William F. Fenzau
November 10, 1966 - June 7, 2005
On June 7, 2005, William Fenzau was murdered in his Miami home. The investigation into his death was filmed by the true-crime reality television series, The First 48 (Season 3, Episode 13). This website is written by his sister, Lori Grande who has spent almost 19 years navigating the criminal justice system, advocating for the case to go to trial. It is written to offer validation, support, and encouragement to all those who live with the absence of justice.
The producers of The First 48 accompanied detectives on a homicide investigation and broadcast their version of William’s homicide. This occurred without a legal contract authorizing their participation or signed consent from anyone involved. Consequently, a story was told without evidence of the conclusions drawn, void of research of the truth and lacking knowledge of the character, history or daily activities of any of the people involved. This business venture served Granada Entertainment USA and the City of Miami. It was encouraged and condoned by the Mayor’s Office with apathetic acquiescence from the Miami-Dade State Attorney’s Office. These actions resulted in a legacy of harm.
Almost 19 years later, while possessing the legal responsibility, necessary resources and evidence, the case has not gone to trial.
Not a day passes that I do not in some manner, reflect on William's death. I have become accustomed to his absence, but time will not render me accustomed to what was done to him. Every day I think of justice. Accountability is instinctive.
In the days immediately following William's murder I was known under the profile name, "Still I Breathe" on a gay men's hook-up site called Manhunt. This began as a desperate attempt to reveal anguish and encourage witnesses to come forward, but it came to serve an internal drive to demonstrate my existence and my strength. It was a mechanism for survival. "Still I Breathe" became a way of being and interacting with others as an outward presence of a formidable foe; a message that William was not defeated as he lived in me.
Murder gives birth to an instinctual fight. It can be tamed, but not extinguished. Loved ones of homicide victims live in the space between what could have been and the possibility of what might be, while trying to stand on the ever changing landscape of reality. I did not face the evil William faced the day he fought for his life, yet, I actively immersed myself in the evil that surrounded him for many years. I hoped witnesses, information and answers would create meaning for me to frame a context to the chaos I lived.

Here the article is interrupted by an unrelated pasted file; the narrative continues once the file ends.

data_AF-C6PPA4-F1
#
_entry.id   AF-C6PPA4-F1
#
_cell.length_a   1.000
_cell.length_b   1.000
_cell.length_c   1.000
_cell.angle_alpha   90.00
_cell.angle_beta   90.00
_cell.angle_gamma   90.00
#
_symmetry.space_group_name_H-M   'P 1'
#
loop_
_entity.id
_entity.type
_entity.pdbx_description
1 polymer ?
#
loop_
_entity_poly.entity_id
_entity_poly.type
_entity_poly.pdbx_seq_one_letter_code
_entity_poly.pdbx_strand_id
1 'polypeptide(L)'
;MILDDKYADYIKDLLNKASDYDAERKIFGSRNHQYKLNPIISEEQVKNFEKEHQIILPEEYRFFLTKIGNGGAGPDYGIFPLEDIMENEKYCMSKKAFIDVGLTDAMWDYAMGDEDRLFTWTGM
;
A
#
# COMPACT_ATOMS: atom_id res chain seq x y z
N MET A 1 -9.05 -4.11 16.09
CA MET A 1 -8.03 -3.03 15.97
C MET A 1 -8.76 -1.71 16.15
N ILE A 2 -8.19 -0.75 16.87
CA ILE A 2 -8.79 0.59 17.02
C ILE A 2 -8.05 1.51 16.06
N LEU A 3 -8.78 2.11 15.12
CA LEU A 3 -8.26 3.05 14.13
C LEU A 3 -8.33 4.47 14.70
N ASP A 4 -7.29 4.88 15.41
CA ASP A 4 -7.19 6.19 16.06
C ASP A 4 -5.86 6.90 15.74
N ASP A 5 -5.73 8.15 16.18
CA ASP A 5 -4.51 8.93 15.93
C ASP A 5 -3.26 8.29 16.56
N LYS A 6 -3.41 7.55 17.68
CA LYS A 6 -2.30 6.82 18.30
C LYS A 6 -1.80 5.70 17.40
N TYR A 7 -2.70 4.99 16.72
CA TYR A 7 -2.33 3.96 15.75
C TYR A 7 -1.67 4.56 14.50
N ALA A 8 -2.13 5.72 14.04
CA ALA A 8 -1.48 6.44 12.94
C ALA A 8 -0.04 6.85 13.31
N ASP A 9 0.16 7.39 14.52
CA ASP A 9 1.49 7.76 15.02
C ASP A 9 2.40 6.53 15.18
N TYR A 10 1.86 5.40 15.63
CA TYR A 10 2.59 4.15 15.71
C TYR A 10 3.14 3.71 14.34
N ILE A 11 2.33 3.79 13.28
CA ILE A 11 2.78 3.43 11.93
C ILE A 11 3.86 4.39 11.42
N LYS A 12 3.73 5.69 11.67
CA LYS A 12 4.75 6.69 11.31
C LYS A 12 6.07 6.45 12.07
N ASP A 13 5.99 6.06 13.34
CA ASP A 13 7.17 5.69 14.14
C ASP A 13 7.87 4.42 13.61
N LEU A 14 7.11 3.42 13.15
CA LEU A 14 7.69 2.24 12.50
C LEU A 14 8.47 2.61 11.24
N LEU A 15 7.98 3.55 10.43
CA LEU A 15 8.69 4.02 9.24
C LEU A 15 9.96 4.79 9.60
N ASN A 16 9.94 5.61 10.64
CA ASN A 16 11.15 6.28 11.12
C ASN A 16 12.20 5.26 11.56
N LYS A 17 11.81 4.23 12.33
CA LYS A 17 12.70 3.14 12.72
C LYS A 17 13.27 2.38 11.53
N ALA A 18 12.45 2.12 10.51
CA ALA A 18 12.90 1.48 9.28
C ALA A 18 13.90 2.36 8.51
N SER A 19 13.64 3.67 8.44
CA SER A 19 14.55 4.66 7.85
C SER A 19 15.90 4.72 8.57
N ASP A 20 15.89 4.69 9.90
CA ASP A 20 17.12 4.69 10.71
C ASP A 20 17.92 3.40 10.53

Non-attachment is a necessary skill born from trauma. Whether justice is served or not, homicide elicits profound feelings of defeat. Human nature draws upon an urge to persevere through failure. The various roles I embodied allowed me to be strong and calculated when needed - a false sense of control. I became paralyzed where I needed to move and inhabited constant motion where I needed to be still. As I left the crime scene and headed to my mother's apartment on June 8th, I detached. Grief replaced with my fight against defeat. There is a price to be paid for avoidance and preventing the flow of life, even if it feels like it is saving you.
William's failed homicide investigation was my greatest defeat. Eventually, I learned to live with two diametrically opposed internal drives: a consistent fight for justice and a reasoned acceptance of a failed homicide investigation. No amount of fighting for justice or investigation prepared me to navigate the path from living a life surviving the absence of justice to a life choosing peace in spite of that absence.
Using William's homicide investigation as my template, the primary questions I will explore are:
1. When that which is designed to take your fight (i.e. the criminal justice system) fails, how does a loved one of a homicide victim not seek an eye for an eye?
2. When justice does not prevail, how do loved ones’ manifest stability in the absence of justice?
3. Is it possible to feel success while living in the shadow of defeat?
In The Story of Jumping Mouse, Jumping Mouse survives his journey of hardships and reaches the far-off land. As he arrives, he says, "I am here. I feel the earth beneath my paws. I hear the wind rustling leaves on the trees. The sun warms my bones. All is not lost, but I'll never be as I was." (Steptoe). Jumping Mouse took one final jump as high as he ever jumped, transformed into an eagle and began to fly. I did not reach the far-off land I chased. I choose to fly anyway.
"While attempting to shut down distressing sensations, one pays the price of losing the capacity to appreciate the subtle physical shifts that denote comfort, satisfaction or warning of clear and present danger. Sadly, as a result, the capacity for feeling pleasure, garnering relevant meaning and accessing self-protective reflexes also shuts down." (Levine, pg.136)